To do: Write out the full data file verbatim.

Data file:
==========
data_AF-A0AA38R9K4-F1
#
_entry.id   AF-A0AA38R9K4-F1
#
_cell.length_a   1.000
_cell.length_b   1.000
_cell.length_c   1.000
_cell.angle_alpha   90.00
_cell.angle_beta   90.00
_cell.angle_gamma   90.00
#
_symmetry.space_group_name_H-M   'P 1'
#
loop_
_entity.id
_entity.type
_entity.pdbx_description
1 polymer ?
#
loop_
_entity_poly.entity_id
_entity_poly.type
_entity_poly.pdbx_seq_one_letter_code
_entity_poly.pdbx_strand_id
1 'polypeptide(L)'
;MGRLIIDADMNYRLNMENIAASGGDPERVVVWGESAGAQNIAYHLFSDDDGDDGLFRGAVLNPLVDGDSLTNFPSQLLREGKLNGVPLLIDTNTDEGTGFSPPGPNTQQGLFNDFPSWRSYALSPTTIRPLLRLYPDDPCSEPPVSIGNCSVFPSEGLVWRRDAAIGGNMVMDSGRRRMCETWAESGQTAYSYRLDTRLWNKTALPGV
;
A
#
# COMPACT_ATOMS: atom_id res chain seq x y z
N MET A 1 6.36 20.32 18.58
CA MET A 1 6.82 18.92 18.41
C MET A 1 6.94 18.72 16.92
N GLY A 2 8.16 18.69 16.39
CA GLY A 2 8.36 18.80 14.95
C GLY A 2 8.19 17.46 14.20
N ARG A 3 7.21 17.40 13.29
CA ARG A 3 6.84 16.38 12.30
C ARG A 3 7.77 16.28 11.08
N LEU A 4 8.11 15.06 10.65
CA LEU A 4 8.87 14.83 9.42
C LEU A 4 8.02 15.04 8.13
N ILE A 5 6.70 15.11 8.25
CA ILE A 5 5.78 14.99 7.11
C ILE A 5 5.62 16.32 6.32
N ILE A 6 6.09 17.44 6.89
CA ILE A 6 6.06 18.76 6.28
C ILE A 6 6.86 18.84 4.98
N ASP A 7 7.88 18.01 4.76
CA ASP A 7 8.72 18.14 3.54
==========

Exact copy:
data_AF-A0AA38R9K4-F1
#
_entry.id   AF-A0AA38R9K4-F1
#
_cell.length_a   1.000
_cell.length_b   1.000
_cell.length_c   1.000
_cell.angle_alpha   90.00
_cell.angle_beta   90.00
_cell.angle_gamma   90.00
#
_symmetry.space_group_name_H-M   'P 1'
#
loop_
_entity.id
_entity.type
_entity.pdbx_description
1 polymer ?
#
loop_
_entity_poly.entity_id
_entity_poly.type
_entity_poly.pdbx_seq_one_letter_code
_entity_poly.pdbx_strand_id
1 'polypeptide(L)'
;MGRLIIDADMNYRLNMENIAASGGDPERVVVWGESAGAQNIAYHLFSDDDGDDGLFRGAVLNPLVDGDSLTNFPSQLLREGKLNGVPLLIDTNTDEGTGFSPPGPNTQQGLFNDFPSWRSYALSPTTIRPLLRLYPDDPCSEPPVSIGNCSVFPSEGLVWRRDAAIGGNMVMDSGRRRMCETWAESGQTAYSYRLDTRLWNKTALPGV
;
A
#
# COMPACT_ATOMS: atom_id res chain seq x y z
N MET A 1 6.36 20.32 18.58
CA MET A 1 6.82 18.92 18.41
C MET A 1 6.94 18.72 16.92
N GLY A 2 8.16 18.69 16.39
CA GLY A 2 8.36 18.80 14.95
C GLY A 2 8.19 17.46 14.20
N ARG A 3 7.21 17.40 13.29
CA ARG A 3 6.84 16.38 12.30
C ARG A 3 7.77 16.28 11.08
N LEU A 4 8.11 15.06 10.65
CA LEU A 4 8.87 14.83 9.42
C LEU A 4 8.02 15.04 8.13
N ILE A 5 6.70 15.11 8.25
CA ILE A 5 5.78 14.99 7.11
C ILE A 5 5.62 16.32 6.32
N ILE A 6 6.09 17.44 6.89
CA ILE A 6 6.06 18.76 6.28
C ILE A 6 6.86 18.84 4.98
N ASP A 7 7.88 18.01 4.76
CA ASP A 7 8.72 18.14 3.54